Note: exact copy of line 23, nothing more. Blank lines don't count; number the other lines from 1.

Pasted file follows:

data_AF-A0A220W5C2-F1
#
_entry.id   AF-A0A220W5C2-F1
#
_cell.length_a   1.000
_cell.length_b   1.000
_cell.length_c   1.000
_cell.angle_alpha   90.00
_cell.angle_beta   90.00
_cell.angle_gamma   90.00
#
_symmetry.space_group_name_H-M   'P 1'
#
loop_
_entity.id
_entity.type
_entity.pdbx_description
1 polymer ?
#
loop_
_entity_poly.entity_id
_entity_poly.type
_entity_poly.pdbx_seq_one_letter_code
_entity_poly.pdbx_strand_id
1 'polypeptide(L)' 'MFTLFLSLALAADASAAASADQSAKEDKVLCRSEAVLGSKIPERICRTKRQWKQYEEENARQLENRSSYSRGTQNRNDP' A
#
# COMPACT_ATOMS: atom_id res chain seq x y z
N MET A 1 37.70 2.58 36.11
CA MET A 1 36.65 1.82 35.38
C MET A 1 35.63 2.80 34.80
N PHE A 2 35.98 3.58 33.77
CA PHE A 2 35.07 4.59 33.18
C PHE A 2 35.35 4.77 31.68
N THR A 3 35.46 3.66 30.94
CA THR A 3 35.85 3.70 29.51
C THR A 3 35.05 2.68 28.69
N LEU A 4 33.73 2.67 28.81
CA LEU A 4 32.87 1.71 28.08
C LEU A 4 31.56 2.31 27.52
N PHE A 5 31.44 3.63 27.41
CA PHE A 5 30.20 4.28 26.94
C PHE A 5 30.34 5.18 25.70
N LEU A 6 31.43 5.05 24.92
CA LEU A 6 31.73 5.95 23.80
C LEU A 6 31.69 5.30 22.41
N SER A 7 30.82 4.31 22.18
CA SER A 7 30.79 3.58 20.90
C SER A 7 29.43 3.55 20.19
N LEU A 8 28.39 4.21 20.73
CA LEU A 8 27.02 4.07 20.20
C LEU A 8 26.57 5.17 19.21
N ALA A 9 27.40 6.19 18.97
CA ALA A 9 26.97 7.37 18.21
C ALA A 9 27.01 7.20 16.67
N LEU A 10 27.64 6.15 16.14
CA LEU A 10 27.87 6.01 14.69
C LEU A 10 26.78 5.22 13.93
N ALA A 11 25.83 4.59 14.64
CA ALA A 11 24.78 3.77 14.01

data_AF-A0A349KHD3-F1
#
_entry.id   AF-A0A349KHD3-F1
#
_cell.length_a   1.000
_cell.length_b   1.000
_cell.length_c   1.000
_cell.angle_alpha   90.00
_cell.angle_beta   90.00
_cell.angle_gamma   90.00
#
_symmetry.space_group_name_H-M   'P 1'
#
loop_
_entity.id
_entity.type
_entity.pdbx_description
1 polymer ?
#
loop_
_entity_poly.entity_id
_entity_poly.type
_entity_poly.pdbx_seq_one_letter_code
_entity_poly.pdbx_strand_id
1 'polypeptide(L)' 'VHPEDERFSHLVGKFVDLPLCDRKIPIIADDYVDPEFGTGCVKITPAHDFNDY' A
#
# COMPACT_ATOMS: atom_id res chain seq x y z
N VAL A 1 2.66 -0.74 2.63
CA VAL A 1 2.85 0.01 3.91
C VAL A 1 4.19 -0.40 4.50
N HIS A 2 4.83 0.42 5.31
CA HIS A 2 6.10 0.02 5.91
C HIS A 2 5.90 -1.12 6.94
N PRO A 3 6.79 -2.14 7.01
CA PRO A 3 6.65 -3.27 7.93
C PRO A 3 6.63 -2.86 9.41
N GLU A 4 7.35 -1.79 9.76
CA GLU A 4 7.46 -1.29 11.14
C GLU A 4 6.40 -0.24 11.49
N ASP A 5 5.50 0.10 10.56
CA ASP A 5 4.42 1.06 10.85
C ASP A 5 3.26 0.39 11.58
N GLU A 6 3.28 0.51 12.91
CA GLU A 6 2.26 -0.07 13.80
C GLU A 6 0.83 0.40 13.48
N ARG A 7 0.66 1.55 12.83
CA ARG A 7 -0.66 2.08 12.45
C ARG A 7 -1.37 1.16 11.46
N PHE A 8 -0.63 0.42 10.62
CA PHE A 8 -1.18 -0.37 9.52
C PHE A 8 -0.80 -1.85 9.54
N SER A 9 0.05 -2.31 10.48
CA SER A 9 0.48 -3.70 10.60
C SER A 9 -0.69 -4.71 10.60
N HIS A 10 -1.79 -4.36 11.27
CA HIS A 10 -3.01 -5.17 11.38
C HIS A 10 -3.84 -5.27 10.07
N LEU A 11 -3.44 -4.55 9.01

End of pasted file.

_entity_poly.pdbx_seq_one_letter_code